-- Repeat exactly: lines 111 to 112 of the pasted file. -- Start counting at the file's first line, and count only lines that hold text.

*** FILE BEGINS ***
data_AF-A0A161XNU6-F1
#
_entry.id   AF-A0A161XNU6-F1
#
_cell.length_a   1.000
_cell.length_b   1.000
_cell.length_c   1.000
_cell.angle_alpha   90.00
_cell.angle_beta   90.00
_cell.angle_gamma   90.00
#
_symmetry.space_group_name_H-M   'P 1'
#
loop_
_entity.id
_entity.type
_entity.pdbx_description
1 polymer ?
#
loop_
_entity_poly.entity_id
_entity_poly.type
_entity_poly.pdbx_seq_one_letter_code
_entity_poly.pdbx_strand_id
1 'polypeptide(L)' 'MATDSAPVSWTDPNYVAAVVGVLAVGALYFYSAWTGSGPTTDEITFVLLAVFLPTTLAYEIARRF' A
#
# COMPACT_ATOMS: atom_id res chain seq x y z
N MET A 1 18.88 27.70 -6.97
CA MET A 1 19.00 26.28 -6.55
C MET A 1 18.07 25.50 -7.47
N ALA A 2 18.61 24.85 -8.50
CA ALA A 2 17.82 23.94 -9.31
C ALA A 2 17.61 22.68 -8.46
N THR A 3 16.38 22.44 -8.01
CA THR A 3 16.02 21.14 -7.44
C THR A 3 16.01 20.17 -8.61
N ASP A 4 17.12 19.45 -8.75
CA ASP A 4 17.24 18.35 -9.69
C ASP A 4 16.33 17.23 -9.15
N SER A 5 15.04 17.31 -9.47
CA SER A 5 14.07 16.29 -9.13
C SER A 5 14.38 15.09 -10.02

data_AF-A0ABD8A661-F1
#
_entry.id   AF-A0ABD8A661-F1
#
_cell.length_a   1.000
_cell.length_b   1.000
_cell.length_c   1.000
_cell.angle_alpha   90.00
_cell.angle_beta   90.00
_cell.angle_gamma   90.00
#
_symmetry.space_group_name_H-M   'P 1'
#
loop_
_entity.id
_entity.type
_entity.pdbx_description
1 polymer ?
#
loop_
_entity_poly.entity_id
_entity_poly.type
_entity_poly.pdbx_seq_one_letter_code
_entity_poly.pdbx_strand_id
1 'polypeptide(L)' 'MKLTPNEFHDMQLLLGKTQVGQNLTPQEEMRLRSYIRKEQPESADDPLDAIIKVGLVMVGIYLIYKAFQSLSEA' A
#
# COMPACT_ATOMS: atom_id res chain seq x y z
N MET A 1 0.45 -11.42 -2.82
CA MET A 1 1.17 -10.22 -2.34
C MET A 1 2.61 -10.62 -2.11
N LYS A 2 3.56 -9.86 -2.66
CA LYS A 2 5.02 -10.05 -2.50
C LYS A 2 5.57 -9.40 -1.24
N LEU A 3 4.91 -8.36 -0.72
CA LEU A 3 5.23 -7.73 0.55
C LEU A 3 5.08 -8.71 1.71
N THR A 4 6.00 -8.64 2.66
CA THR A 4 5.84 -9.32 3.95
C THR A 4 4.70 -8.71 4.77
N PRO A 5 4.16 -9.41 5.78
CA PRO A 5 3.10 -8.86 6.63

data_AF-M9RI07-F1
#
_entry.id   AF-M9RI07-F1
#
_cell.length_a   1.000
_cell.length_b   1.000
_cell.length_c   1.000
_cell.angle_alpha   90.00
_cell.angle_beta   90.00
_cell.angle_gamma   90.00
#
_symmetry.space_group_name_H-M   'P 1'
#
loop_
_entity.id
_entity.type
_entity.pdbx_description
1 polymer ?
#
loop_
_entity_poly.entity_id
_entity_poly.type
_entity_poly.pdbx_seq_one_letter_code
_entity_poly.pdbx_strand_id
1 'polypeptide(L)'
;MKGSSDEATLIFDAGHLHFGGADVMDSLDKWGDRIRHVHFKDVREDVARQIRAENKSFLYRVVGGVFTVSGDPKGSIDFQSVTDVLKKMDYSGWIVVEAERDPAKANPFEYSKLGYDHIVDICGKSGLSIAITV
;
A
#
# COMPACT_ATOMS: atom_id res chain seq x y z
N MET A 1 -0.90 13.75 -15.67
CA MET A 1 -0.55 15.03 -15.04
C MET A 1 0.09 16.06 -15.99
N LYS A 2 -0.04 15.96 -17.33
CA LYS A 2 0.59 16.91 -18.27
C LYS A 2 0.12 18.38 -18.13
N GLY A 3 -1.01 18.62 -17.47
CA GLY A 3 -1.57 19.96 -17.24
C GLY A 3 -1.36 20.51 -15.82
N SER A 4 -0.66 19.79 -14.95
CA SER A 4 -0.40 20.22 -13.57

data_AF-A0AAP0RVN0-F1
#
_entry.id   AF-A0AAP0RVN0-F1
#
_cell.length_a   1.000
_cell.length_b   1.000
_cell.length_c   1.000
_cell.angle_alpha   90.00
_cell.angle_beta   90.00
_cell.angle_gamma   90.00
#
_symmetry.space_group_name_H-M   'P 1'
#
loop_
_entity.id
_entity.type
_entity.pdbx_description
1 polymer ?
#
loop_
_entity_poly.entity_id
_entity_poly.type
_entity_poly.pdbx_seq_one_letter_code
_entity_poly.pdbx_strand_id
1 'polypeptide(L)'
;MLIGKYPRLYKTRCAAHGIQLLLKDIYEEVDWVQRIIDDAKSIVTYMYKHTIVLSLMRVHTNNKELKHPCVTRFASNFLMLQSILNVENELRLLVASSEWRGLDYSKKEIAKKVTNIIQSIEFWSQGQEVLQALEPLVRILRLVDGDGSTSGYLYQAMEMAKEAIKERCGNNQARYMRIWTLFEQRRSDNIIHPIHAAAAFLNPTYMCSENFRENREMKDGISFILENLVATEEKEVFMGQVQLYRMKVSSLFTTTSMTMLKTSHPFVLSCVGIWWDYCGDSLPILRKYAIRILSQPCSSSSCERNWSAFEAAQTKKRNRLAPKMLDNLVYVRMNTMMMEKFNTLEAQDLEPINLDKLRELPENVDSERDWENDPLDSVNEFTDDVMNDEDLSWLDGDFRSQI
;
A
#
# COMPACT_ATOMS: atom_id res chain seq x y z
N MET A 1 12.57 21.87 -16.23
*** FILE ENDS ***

A
#